New quantum imaging could lead to a better understanding of diseases
Researchers at Waterloo are developing a technique to take MRI capabilities down to the atomic scale
Thursday, January 6, 2022
Magnetic Resonance Imaging (MRI) technology has changed the way we can look at muscles, ligaments and organs. New developments promise to take MRI technology down to the molecular level to help us better identify diseases that ravage the human body.
Raffi Budakian, who is the lead investigator of the Nanoscale Magnetic Resonance Imaging lab, a member of the Institute for Quantum Computing (IQC) and a professor in the Department of Physics and Astronomy at Waterloo, is developing a technique to take MRI capabilities down to the atomic scale.
Scaling down MRI capabilities
MRI works on the millimetre scale. Budakian’s lab uses the angstrom scale, a metric unit of length that is 10 million times smaller than a millimetre, as a measurement for exploring molecular imaging. The very precise angstrom scale requires extreme sensitivity in order to measure at the molecular level instead of the physical.
Using quantum sensors, Budakian’s team has designed a new way to generate magnetic fields on nanometre light scales for imaging and controlling nuclear spins. Because spins are also quantum mechanical, they are harnessed for detection purposes using very intense magnetic fields on very short length scales of the order of 100 nanometres — which makes the MRI using the millimetre scale seem huge in comparison.
Budakian is excited about this new imaging technique, which his team calls nuclear magnetic resonance diffraction (NMRD) because diffraction is a very powerful tool for analyzing materials that have a crystalline structure, such as proteins.
“At a high level this work could be used to develop quantum technologies to study protein structure and dynamics,” he says. “Understanding the structure of proteins is vital to drug development.”
Applications for viewing the structure of proteins
These materials include biologically relevant samples of virus particles and proteins that cause diseases such as Parkinson’s and Alzheimer’s. Gaining a clear image of what these materials look like could have an immense impact on medicine, from better treatment to a deeper understanding of complex biomolecules.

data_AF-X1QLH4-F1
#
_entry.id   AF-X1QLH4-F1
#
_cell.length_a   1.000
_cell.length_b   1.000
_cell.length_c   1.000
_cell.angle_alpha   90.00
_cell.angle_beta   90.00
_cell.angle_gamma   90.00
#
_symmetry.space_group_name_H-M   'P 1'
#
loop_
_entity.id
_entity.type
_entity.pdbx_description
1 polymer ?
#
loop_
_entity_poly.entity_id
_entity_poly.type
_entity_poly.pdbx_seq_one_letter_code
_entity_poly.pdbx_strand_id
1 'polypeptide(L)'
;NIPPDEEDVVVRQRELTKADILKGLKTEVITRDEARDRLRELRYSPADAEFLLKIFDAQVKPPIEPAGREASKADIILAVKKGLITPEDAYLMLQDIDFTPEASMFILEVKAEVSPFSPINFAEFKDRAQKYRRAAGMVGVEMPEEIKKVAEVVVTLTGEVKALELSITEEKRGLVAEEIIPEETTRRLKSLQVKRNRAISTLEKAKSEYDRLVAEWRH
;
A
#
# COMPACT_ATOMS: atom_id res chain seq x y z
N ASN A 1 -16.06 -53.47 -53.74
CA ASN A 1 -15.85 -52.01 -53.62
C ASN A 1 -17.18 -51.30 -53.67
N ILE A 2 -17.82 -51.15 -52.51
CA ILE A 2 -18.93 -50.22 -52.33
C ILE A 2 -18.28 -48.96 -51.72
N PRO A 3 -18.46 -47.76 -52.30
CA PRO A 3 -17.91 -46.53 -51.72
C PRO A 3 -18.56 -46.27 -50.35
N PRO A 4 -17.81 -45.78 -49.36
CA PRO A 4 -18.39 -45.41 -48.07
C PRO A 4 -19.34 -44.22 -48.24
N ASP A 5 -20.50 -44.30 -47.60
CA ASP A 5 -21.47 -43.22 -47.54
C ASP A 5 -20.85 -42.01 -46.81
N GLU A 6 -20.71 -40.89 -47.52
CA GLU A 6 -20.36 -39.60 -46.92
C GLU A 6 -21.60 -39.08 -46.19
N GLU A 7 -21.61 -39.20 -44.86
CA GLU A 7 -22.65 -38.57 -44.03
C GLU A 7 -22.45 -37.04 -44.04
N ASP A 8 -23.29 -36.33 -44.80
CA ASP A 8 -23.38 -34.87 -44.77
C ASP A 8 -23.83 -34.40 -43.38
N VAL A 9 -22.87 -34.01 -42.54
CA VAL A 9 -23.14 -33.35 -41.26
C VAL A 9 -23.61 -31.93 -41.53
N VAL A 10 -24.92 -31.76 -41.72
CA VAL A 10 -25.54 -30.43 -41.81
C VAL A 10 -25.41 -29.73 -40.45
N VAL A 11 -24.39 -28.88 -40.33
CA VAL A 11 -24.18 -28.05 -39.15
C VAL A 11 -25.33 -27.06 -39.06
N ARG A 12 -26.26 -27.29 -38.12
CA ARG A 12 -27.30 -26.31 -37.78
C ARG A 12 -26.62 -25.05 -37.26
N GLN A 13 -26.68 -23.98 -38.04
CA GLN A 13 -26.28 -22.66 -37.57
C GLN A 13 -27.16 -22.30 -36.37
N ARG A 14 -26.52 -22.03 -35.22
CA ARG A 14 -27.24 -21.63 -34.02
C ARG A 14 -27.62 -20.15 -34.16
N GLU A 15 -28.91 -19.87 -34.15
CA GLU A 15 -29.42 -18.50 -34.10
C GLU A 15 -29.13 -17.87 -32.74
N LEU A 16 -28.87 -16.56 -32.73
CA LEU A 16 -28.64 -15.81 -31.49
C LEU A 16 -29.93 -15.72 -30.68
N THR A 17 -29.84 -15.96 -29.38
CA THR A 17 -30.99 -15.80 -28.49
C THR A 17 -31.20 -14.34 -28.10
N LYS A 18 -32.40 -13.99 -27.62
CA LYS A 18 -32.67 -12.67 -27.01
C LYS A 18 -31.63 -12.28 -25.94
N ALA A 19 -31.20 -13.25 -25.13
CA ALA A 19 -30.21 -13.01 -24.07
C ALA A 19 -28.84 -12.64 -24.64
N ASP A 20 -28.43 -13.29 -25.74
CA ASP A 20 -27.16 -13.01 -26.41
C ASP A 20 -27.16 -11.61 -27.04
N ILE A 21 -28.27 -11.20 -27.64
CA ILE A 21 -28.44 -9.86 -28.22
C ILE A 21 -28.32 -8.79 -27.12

Now that Budakian’s team has found a way to do diffraction with NMR, with precise measurements that are accurate to a fraction of an angstrom, they are ready to put their machine and technique through extensive testing.
“Our immediate goal is to do 3D crystal structure determination using NMRD, which is what we need for imaging protein structures,” Budakian says. “My hope is that this will excite others to look at this technique and then develop it further.”
Interdisciplinary research at its best
Teamwork and interdisciplinary research are paramount to moving ideas and theories into real-world applications, Budakian notes. He looks at his team as a perfect example of how ideas can become innovations. He works with a community of people at IQC with varied backgrounds in science, mathematics and engineering: theorists who ask questions, experimentalists who can realize the theory into practice, and fabricators who spend their time thinking about how to make these devices work better and better. In the lab, all the components come together to create satisfying results.
“In a university environment, it’s sometimes luck that lands the right student or postdoc at your door who is excited to work on your project,” he says. “At Waterloo, our research facilities and capabilities make this happen.”
With financial support from Transformative Quantum Technologies at Waterloo, Budakian’s minuscule imaging technique is poised to lead to big impacts on the future of human health and well-being.